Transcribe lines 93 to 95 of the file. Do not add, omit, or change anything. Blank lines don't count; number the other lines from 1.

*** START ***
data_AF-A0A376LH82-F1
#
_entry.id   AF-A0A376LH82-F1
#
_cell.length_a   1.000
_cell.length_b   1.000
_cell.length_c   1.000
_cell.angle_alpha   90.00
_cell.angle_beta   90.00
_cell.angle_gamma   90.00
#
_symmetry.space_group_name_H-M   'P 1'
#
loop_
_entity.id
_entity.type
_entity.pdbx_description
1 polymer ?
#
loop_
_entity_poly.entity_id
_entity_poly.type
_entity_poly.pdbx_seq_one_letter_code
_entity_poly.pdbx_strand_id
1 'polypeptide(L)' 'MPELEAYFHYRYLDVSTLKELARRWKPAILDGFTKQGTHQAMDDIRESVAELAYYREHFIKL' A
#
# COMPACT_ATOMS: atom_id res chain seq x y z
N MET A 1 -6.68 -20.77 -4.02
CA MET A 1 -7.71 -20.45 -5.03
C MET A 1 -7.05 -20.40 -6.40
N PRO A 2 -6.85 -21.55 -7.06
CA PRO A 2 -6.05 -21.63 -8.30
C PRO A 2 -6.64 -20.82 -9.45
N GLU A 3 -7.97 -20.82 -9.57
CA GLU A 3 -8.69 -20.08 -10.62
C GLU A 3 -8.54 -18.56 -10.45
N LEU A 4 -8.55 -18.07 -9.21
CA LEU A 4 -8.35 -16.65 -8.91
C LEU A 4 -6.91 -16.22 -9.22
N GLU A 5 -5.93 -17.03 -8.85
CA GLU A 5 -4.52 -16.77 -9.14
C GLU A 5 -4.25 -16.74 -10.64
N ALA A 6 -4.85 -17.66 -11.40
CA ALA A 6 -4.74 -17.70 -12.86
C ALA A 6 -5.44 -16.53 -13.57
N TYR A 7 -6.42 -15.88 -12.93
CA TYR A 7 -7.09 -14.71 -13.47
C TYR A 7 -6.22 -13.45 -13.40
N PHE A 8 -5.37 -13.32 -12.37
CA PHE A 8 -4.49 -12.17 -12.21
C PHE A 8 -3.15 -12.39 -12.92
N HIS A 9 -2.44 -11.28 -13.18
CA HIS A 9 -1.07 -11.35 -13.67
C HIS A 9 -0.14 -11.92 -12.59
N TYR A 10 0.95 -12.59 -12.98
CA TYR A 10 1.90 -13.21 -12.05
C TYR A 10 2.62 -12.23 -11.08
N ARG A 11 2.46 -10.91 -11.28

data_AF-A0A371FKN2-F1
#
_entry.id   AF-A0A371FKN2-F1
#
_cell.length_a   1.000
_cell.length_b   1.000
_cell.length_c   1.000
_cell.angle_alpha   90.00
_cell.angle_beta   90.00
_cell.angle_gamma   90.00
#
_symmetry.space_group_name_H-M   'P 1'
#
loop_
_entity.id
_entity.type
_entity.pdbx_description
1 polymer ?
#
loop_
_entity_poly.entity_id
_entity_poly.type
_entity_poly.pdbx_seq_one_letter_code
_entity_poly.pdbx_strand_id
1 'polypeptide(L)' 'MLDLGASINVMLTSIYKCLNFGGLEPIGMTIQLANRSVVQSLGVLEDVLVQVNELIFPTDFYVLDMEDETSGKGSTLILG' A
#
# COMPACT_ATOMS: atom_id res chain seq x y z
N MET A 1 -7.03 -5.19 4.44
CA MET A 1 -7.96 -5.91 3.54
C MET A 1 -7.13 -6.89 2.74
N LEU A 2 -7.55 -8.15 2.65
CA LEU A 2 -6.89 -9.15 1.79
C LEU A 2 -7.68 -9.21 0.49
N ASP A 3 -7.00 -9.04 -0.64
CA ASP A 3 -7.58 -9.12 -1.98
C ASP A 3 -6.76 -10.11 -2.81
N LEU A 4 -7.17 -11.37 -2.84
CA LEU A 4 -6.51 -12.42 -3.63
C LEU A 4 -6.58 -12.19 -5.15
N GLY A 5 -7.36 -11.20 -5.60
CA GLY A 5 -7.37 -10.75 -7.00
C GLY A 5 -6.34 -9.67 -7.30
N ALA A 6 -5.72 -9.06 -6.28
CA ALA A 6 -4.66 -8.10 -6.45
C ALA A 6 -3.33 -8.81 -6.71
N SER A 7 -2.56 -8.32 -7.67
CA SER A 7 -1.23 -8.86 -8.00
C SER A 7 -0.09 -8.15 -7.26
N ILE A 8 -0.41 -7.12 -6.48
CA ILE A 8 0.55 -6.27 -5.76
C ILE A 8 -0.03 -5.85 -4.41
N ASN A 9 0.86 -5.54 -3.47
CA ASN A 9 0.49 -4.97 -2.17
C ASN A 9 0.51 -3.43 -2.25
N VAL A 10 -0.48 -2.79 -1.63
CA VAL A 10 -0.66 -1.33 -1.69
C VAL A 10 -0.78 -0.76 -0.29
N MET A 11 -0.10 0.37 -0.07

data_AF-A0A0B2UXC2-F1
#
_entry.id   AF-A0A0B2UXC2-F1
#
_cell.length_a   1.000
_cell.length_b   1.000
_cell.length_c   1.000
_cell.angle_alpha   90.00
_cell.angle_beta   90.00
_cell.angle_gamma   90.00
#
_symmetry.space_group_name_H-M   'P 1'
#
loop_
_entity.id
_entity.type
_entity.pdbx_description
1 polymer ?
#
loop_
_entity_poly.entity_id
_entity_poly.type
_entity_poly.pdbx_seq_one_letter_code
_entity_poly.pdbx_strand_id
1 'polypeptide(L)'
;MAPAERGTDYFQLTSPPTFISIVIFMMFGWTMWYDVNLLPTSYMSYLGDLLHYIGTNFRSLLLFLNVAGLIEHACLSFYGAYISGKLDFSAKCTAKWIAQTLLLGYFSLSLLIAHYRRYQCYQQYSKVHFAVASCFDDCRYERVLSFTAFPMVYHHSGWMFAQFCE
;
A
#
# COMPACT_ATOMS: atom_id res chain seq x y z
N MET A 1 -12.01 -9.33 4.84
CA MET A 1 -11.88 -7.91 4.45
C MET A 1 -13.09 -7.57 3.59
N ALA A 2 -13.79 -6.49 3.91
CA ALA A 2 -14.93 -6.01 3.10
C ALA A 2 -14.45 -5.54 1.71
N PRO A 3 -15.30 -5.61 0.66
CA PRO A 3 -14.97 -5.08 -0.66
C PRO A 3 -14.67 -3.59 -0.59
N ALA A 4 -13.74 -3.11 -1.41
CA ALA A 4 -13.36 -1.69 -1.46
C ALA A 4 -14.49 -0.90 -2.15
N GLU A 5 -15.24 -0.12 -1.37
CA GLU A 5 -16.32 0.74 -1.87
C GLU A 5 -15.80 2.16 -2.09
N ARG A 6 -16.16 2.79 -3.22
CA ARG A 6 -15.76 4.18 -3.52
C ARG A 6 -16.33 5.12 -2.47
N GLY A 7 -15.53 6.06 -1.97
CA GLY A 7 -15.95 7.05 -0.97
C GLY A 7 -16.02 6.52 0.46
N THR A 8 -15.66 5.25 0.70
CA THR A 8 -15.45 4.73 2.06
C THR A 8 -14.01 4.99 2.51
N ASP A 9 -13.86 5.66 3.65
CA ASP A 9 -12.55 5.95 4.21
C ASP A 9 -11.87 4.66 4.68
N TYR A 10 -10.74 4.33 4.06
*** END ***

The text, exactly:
CA ASP A 3 -7.58 -9.12 -1.98
C ASP A 3 -6.76 -10.11 -2.81
N LEU A 4 -7.17 -11.37 -2.84